You’d think a sequel to one of the greatest psychological horror films of all time, the 1980 Kubrick classic “The Shining,” would be a disastrous, pointless mess. So it’s a bit of a minor miracle that “Doctor Sleep” is every bit as good as the movie on which its based. This continuation of the original story is engaging, well acted, skillfully shot, and touches on deeper themes that you wouldn’t expect from a horror film. It stands on its own as well as being a satisfying sequel.
Danny Torrance (Ewan McGregor) is now all grown up, and is a struggling alcoholic. Still scarred by the trauma he endured as a child at the Overlook Hotel, Danny is doing his best to turn his life around and accepts the help of a kind stranger (Cliff Curtis) to get back on his feet. Everything is going well until one night he gets a “shine” vibe from teenager Abra (Kyliegh Curran), who has one of the strongest gifts he’s ever encountered. But Danny isn’t the only one who’s picked up on Abra’s powers, and she’s soon the target of the villainous Rose the Hat (Rebecca Ferguson) and her gang of followers who feed off the “shine” of others.
The first-rate performances elevate the material with McGregor and Ferguson turning in some of their career-best work. They inhabit their characters so well it’s downright scary. Even the supporting cast leaves an impact, especially Jacob Tremblay, in a small role as an abducted boy. His scene is one of the most terrifying in the film, and it’s unforgettable.
Fans of “The Shining” will delight in a couple of throwback sequences that are incredibly clever. We see Danny and his mom and dad as their younger selves but instead of utilizing hokey de-aging CGI, director Mike Flanagan chooses to cast look-alike actors. By the time the movie turned back to the Overlook Hotel, I was on the edge of my seat (fueled by an uneasy nostalgia) until the very end.
The ominous tone is carried throughout, blending well with the significant themes of intense fear, trauma, addiction, grief, and healing. It’s cerebral and thoughtful, but still thrilling and entertaining. “Doctor Sleep” is one of the better movies of the year, and it should be embraced as a modern instant classic by fans of “The Shining.”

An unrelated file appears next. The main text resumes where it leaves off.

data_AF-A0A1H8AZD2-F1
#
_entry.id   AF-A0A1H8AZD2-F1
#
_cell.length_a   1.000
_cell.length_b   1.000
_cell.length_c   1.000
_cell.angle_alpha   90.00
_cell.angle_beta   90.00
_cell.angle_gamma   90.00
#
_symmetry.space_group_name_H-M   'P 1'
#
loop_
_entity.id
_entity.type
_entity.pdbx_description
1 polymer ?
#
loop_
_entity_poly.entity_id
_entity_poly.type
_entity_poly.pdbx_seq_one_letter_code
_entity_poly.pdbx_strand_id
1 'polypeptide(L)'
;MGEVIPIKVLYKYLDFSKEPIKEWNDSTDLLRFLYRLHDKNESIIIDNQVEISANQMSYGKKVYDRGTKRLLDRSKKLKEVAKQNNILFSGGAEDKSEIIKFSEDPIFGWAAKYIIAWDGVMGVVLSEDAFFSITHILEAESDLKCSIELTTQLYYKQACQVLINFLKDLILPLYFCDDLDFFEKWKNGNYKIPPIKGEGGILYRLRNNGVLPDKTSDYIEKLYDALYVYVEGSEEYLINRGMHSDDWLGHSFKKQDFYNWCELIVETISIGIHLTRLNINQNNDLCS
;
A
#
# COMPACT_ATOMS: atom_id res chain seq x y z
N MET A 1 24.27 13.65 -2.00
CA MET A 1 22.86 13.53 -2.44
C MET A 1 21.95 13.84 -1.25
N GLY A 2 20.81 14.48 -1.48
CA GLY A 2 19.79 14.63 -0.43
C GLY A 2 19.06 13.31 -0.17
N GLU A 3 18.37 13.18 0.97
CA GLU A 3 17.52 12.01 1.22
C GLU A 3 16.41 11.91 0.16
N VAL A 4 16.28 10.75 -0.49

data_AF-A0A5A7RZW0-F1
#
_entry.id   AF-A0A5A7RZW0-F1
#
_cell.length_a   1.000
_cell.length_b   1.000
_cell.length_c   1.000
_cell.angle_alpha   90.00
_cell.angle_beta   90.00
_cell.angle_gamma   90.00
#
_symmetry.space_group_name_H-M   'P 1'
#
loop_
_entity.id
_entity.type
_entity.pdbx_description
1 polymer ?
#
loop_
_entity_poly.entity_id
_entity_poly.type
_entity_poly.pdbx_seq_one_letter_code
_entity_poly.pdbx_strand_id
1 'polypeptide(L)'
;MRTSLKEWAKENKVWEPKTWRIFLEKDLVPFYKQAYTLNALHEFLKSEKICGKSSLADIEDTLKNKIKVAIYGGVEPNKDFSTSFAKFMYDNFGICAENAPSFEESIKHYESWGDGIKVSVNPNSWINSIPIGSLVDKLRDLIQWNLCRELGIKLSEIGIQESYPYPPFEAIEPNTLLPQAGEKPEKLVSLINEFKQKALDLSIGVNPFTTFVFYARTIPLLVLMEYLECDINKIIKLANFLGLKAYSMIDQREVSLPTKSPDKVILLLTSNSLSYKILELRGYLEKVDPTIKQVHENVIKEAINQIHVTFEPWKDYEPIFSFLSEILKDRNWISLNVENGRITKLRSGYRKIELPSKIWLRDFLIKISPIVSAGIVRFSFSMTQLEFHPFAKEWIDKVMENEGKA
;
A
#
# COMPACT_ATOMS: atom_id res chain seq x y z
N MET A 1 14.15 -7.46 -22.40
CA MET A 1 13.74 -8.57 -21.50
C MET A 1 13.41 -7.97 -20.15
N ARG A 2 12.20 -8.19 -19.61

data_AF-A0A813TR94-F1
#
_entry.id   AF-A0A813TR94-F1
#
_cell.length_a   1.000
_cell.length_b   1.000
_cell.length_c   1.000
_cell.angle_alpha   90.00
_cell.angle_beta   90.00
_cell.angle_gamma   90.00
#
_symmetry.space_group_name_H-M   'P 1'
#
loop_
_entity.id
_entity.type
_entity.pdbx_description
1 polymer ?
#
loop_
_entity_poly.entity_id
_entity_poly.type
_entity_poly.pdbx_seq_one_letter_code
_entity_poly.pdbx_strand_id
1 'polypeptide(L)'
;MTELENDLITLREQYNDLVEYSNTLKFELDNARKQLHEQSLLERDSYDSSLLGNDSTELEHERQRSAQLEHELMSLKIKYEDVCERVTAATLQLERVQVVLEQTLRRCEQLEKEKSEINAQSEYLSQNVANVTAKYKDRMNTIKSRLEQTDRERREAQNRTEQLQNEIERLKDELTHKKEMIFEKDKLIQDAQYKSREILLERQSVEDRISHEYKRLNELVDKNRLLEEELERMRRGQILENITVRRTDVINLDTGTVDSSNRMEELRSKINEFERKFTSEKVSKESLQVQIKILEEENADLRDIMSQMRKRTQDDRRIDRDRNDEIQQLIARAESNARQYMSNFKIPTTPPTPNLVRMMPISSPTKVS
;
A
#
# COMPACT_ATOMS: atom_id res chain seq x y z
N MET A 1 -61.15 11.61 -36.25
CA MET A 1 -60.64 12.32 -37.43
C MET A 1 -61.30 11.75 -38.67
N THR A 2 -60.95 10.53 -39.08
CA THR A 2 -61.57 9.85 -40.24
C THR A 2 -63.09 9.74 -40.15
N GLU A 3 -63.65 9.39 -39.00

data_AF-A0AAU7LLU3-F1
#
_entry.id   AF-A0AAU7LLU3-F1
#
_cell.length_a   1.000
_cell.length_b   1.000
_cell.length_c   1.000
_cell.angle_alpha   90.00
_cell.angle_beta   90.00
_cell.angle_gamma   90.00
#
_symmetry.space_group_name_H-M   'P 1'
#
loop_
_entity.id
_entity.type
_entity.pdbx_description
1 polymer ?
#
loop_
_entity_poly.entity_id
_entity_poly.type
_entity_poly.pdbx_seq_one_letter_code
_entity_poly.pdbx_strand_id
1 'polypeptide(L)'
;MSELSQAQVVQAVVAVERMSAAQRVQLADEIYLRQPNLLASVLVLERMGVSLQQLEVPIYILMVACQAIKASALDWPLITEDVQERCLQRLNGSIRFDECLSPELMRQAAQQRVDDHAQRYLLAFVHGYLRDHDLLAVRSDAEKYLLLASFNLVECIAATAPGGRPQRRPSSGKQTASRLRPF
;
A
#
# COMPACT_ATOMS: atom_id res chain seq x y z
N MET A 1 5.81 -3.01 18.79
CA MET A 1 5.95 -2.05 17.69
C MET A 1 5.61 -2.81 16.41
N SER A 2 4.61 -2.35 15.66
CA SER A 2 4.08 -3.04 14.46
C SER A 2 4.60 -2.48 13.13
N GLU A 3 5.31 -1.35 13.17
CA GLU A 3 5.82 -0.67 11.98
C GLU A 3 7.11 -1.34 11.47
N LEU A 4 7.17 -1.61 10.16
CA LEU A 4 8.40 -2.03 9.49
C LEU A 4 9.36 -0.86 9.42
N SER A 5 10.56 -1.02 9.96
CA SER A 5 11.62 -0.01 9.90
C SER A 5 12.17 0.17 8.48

For better or worse, modern-day sequels to classic films from generations ago are popping up. The best of them, like the Creed series or Blade Runner 2046, avoid the pitfall of poor replication (pun intended) by going for their own cinematic identity, even if there is a storyline lineage and common universe (that was often never envisioned when the original film was produced). Doctor Sleep, the sequel to Stanley Kubrick’s 1980 classic film The Shining, does an admirable job in establishing it’s own identity, avoiding the temptation of paying too much homage to its predecessor.
There are two key components to Doctor Sleep. Firstly, there is the connection to The Shining, a story that is simultaneously one of Stephen King’s most popular novels and one of Kubrick’s most celebrated films (despite the two auteurs having very different views on the film version). Then there is the Doctor Sleep story itself, which, despite having also been written by Stephen King, is a vastly different book. This gives director Mike Flanagan (Netflix’s The Haunting of Hill House) the license to make a vastly different film.